POLLUTION of Rye Beach is being investigated by the state Environment Protection Authority and Mornington Peninsula Shire’s environmental health team.
The probe was revealed to the council on Monday last week by the shire’s communications manager Todd Trimble during his annual “summer report”.
He said the two bodies were “conducting a risk assessment of Rye Beach to determine possible sources of bacterial contamination detected”.
“As part of the assessment, the environmental health team is assisting Monash University and Melbourne Water in a bacterial water sampling program around the Rye Beach stormwater outfall, including sampling from septic systems and groundwater bores,” Mr Trimble said.
Twenty-four beach water samples and five drain water samples had been taken so far with “further samples to be taken twice weekly until the end of February”.
“Monash University has reported that the results so far indicate Rye Beach is a “hot spot” for bacterial contamination with higher E.coli levels than other Port Phillip beaches.” (E.coli can be an indication of faecal pollution.)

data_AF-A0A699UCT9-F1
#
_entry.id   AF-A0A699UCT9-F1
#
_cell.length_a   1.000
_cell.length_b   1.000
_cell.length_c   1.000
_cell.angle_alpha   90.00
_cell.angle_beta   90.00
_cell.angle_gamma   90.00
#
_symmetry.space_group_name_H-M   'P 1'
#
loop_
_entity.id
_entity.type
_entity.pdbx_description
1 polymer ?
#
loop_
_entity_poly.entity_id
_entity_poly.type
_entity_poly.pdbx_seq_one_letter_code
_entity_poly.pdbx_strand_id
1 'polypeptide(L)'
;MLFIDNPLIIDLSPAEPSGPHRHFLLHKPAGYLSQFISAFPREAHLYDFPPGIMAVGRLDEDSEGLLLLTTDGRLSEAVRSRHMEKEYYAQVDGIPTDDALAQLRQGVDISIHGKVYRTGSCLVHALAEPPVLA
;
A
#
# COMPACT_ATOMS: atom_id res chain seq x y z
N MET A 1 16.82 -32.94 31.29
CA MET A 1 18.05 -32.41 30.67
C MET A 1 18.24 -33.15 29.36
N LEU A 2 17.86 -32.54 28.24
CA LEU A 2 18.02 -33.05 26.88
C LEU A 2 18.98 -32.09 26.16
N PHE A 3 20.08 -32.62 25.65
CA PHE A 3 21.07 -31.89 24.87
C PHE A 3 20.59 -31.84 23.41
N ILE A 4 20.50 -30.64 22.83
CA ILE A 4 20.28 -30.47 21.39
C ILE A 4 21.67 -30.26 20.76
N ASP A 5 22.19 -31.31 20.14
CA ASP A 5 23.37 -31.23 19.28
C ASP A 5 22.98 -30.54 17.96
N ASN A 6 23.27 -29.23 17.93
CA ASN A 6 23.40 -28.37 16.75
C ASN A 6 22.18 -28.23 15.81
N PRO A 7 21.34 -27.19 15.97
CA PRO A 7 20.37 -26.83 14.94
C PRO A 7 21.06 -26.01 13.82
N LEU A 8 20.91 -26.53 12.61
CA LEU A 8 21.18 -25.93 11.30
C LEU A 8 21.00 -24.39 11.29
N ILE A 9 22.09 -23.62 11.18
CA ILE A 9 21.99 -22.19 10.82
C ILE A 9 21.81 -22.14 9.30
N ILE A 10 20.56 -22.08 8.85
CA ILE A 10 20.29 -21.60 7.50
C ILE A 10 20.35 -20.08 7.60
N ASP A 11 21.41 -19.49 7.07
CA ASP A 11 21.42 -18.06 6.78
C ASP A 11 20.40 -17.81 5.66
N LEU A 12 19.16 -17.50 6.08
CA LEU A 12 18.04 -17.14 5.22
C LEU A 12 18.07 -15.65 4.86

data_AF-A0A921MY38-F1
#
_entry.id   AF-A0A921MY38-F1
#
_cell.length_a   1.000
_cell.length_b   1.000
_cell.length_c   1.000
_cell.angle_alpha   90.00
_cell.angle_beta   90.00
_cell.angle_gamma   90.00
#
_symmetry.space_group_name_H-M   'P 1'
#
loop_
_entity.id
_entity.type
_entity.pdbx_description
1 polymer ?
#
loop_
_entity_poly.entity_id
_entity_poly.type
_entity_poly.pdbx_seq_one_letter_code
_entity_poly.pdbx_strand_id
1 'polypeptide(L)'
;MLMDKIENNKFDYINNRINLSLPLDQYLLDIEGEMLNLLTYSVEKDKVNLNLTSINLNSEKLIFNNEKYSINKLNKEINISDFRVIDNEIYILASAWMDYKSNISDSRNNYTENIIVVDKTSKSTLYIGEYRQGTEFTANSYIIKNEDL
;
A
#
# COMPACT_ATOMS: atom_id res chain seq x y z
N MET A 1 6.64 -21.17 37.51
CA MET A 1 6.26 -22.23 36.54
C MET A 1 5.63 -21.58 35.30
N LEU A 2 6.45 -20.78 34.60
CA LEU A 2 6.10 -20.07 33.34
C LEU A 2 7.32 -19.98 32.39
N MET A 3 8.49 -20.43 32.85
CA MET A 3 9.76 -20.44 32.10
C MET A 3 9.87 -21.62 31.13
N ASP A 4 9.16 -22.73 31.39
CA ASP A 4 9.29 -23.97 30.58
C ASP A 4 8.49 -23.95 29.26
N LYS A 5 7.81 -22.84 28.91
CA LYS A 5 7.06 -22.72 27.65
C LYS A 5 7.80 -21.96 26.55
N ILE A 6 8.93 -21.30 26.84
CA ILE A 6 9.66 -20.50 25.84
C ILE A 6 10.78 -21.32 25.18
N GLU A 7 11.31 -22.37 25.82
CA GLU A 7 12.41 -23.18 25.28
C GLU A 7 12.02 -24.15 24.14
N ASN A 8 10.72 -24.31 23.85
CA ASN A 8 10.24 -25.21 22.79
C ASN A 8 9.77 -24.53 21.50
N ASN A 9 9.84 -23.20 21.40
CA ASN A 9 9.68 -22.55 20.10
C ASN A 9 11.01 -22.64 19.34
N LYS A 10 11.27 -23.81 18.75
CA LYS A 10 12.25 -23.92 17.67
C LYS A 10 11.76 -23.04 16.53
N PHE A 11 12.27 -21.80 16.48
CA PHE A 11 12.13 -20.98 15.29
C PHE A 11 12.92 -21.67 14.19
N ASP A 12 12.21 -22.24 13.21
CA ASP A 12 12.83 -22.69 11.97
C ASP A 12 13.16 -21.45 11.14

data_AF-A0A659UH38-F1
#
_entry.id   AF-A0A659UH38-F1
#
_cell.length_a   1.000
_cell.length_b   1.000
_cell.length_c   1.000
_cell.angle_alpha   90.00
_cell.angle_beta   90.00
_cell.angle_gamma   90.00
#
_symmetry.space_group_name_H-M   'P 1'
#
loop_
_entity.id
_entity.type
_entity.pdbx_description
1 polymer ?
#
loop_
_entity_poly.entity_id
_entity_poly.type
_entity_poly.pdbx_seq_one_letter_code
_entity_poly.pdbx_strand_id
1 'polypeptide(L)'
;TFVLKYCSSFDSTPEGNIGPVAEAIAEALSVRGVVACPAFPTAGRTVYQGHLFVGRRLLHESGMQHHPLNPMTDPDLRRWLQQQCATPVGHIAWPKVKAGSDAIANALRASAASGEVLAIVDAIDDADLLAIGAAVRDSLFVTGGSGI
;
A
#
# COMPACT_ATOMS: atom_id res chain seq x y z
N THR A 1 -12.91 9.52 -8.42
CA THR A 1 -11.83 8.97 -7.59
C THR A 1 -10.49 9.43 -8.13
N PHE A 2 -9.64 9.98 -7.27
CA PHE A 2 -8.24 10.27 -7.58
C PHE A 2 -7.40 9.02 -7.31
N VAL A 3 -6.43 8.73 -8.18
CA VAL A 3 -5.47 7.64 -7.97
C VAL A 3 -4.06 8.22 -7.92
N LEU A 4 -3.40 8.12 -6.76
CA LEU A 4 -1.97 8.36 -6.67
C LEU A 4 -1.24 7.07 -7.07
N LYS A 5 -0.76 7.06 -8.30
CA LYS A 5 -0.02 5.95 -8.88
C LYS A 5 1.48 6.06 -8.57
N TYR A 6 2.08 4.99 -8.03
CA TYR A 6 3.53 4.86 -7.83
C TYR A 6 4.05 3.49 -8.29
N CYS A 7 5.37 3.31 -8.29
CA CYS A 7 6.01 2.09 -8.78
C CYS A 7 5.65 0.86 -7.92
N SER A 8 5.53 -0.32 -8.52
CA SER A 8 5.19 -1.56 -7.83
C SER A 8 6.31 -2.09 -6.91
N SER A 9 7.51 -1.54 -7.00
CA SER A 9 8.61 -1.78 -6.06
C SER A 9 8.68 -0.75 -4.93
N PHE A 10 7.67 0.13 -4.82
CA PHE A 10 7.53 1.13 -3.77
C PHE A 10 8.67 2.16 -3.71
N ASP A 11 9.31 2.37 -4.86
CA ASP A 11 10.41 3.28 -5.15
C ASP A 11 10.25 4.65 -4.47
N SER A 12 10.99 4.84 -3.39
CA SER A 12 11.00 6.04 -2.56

“Further investigations are being undertaken to determine the source of contamination.”
Meanwhile, South East Water’s Peninsula ECO sewerage project is almost halfway through its expected 30-month construction period, installing mains sewage for 16,000 properties between Rye and Portsea that had septic tanks.
The project, one of the largest in Australia, started in late 2013. It is expected to markedly reduce ground water pollution.
Toilets at R J Rowley Reserve in Rye were connected to the system last October, which will no doubt please people who attend the Rye Gift each year and previously had to deal with an unwanted annual “gift” – clogged toilets.